UBC Theses and Dissertations
The structural role of the Workers' Compensation Board in the industrial economy of British Columbia Moeti, Michael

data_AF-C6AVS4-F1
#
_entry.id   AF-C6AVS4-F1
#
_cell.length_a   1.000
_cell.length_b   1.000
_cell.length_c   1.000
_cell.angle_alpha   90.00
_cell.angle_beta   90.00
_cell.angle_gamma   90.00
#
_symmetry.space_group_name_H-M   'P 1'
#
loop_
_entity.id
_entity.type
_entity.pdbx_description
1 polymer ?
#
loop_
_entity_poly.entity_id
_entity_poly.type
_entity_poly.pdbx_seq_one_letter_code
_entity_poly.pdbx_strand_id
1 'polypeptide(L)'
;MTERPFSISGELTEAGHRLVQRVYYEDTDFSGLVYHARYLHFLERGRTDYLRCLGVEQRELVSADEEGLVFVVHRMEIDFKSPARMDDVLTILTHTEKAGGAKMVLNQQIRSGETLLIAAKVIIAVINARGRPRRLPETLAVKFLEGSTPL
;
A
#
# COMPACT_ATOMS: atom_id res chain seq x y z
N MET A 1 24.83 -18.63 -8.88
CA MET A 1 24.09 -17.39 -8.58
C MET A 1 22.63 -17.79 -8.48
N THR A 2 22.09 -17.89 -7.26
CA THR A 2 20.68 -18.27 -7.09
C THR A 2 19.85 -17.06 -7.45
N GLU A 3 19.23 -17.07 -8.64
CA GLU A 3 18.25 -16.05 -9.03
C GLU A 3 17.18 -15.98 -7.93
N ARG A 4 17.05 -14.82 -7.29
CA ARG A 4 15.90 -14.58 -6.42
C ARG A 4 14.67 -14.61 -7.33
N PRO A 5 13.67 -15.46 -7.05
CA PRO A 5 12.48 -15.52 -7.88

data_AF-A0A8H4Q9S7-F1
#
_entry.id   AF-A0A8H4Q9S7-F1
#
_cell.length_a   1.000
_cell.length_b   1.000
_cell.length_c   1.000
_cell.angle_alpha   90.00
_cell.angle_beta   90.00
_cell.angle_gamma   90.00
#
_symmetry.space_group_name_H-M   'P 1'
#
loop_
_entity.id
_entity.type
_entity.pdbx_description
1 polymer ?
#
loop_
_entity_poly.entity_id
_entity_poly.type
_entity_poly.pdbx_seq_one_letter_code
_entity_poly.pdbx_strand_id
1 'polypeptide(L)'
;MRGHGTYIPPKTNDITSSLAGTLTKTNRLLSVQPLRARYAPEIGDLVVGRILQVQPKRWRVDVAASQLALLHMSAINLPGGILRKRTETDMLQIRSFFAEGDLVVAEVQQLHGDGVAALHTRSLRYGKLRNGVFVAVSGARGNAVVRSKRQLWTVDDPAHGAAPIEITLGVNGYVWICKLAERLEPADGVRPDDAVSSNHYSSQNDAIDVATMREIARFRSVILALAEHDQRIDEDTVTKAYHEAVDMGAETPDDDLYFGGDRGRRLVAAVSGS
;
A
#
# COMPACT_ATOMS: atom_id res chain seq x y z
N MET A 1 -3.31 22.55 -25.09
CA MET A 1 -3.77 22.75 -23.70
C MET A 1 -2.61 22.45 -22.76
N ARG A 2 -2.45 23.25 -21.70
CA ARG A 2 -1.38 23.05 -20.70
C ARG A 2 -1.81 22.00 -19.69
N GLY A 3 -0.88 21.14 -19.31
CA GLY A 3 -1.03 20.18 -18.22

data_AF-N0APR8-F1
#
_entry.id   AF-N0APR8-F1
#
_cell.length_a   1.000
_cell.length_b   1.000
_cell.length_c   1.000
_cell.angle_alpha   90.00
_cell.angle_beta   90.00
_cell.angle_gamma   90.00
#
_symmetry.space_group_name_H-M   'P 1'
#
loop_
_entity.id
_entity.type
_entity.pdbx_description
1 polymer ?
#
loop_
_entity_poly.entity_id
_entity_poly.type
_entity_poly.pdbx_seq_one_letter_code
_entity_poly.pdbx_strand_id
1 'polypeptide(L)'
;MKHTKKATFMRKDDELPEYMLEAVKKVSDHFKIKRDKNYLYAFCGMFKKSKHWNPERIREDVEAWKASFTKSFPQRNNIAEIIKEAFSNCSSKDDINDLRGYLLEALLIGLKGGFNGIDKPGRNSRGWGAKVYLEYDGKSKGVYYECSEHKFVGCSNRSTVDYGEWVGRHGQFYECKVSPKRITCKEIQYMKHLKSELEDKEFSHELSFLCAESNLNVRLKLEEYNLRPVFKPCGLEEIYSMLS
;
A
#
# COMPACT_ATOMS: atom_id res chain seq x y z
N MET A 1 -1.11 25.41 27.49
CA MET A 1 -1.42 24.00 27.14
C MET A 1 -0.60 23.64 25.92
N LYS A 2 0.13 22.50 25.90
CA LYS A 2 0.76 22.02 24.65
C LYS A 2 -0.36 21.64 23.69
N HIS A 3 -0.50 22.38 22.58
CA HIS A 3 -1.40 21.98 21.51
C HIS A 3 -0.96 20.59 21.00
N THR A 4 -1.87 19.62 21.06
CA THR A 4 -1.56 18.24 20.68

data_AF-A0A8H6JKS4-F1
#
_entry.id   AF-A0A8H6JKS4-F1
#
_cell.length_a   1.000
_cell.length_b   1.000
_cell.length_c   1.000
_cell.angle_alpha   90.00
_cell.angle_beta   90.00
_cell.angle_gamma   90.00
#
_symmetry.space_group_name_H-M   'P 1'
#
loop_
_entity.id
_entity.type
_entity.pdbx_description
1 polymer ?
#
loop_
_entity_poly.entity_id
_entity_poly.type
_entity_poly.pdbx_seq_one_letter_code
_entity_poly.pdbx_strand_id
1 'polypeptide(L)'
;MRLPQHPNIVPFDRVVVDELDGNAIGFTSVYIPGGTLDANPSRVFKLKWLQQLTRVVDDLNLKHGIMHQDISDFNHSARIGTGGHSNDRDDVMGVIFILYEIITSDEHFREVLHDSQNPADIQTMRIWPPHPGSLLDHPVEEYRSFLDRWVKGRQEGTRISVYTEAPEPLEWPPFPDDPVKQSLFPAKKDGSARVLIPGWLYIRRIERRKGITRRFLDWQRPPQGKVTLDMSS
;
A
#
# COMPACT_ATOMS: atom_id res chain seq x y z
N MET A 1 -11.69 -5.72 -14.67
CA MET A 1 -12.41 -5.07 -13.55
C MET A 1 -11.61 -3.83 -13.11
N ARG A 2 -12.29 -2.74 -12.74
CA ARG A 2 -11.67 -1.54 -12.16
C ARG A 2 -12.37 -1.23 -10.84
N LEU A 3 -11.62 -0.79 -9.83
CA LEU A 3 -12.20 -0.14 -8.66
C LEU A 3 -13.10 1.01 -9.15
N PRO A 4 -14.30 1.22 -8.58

This thesis outlines the structural problems that, affect the operation of the Workers' Compensation Board within the industrial economy of B.C. The study confines itself to the years between 1972 and 1937, a period in which workers' compensation in B.C. underwent political and economic transformations under the governmental aegis of the New Democratic Party government and then the Social Credit Party. In order to understand the ostensibly contradictory functions of the WCB, a partially autonomous component of the state, liberal-pluralist and Neo-Marxist models are compared and contrasted. The thesis concludes that the UCB serves two principal functions: capital accumulation and legitimation of the status quo. Historical and contemporary evidence shows that the WCB continues to serve the interests of employers at the expense of workers. Low government expenditure on health and safety safeguards, delaying of workers' claims, weak penalties against employers violating safety legislation, the chronic scarcity of safety inspectors, and the habitual undercompensation of claims, are clear indications that the WCB puts costs ahead of workers' health. The WCB's rejection of radical solutions to the problems, solutions likely to offend employers, is further evidence of the pro-capital bias of the WCB. Thus the study rejects the liberal-pluralist interpretive framework and reaffirms the structuralist, interpretation as an appropriate schema for understanding how the WCB operates within a capitalist economy. Alternatives to the WCB policy such as a universal disability plan, are explored. The chief method of investigation used in this research study was to interview workers and their representatives, lawyers specialising in the WCB, and WCB staff. Available WCB data and various evaluative reports on the WCB were important secondary sources of information.
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